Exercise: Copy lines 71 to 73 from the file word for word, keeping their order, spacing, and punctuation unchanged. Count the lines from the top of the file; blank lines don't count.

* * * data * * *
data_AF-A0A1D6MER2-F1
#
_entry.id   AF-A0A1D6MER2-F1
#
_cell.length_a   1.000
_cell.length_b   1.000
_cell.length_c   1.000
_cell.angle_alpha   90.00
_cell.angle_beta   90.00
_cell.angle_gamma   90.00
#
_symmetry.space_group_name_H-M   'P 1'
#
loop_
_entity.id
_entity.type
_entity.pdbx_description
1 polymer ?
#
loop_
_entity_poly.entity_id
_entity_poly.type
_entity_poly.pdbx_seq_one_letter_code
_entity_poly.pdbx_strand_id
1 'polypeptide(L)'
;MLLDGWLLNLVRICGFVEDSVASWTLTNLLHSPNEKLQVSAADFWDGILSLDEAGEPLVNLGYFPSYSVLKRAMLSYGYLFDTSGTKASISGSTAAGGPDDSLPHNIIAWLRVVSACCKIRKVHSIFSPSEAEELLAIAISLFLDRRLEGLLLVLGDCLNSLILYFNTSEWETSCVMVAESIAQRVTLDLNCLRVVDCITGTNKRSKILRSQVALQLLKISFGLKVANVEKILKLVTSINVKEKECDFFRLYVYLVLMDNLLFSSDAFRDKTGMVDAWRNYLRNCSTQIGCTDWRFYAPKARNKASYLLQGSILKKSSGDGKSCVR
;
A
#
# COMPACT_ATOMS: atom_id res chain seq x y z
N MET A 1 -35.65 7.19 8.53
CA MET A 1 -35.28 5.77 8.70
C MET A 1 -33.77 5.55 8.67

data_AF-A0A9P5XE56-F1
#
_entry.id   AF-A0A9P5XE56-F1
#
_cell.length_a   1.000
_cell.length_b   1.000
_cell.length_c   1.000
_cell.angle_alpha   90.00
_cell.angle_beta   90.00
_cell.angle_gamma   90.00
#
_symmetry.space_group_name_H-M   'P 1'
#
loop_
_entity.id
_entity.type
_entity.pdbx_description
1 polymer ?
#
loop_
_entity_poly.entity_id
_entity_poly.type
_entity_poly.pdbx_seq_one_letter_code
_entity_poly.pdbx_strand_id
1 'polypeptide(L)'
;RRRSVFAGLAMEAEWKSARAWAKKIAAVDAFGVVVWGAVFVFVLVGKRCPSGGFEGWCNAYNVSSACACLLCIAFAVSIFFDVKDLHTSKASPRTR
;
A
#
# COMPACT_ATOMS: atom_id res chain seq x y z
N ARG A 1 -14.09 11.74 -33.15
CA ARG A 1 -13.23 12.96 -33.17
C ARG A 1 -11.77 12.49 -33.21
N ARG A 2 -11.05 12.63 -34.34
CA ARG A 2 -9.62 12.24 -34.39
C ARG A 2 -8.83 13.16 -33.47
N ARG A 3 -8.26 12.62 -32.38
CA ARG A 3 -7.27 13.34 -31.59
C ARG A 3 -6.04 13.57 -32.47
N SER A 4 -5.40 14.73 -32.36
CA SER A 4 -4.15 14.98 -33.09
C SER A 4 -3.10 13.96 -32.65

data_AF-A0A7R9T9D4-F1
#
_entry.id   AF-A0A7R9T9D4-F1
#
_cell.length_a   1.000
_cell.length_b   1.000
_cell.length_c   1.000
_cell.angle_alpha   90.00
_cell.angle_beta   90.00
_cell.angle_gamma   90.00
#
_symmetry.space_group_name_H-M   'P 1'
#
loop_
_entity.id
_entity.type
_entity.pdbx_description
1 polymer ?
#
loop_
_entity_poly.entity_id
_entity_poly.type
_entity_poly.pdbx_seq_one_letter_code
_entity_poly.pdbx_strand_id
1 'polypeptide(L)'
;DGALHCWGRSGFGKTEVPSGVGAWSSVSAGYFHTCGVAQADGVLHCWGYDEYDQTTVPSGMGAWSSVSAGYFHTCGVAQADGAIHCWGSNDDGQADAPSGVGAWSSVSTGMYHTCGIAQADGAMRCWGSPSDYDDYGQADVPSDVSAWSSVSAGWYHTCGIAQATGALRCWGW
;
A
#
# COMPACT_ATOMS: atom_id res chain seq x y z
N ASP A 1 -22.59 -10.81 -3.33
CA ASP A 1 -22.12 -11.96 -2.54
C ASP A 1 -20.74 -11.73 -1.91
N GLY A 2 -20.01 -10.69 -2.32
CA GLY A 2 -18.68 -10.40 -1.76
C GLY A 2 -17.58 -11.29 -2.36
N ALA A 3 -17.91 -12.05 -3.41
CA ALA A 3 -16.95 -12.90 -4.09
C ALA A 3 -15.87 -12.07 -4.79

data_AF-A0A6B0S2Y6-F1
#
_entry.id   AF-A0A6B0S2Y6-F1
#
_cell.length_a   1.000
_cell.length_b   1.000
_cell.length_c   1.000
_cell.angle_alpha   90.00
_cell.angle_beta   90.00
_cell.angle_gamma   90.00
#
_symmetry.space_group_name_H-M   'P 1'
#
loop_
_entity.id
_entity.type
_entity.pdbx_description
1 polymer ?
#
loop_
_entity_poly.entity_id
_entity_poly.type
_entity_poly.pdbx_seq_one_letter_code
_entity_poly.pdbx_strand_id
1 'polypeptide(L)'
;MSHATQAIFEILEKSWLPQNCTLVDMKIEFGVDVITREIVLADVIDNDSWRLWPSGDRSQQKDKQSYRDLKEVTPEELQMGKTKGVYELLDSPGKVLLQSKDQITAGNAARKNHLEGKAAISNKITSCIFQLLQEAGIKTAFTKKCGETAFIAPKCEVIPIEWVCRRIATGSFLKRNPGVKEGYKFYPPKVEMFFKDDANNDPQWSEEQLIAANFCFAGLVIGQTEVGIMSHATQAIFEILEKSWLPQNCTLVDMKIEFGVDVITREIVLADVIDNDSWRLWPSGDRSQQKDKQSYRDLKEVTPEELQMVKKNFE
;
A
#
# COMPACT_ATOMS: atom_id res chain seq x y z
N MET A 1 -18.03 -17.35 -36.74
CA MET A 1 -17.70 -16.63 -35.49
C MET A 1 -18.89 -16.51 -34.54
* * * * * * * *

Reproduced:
CA ARG A 3 -7.27 13.34 -31.59
C ARG A 3 -6.04 13.57 -32.47
N SER A 4 -5.40 14.73 -32.36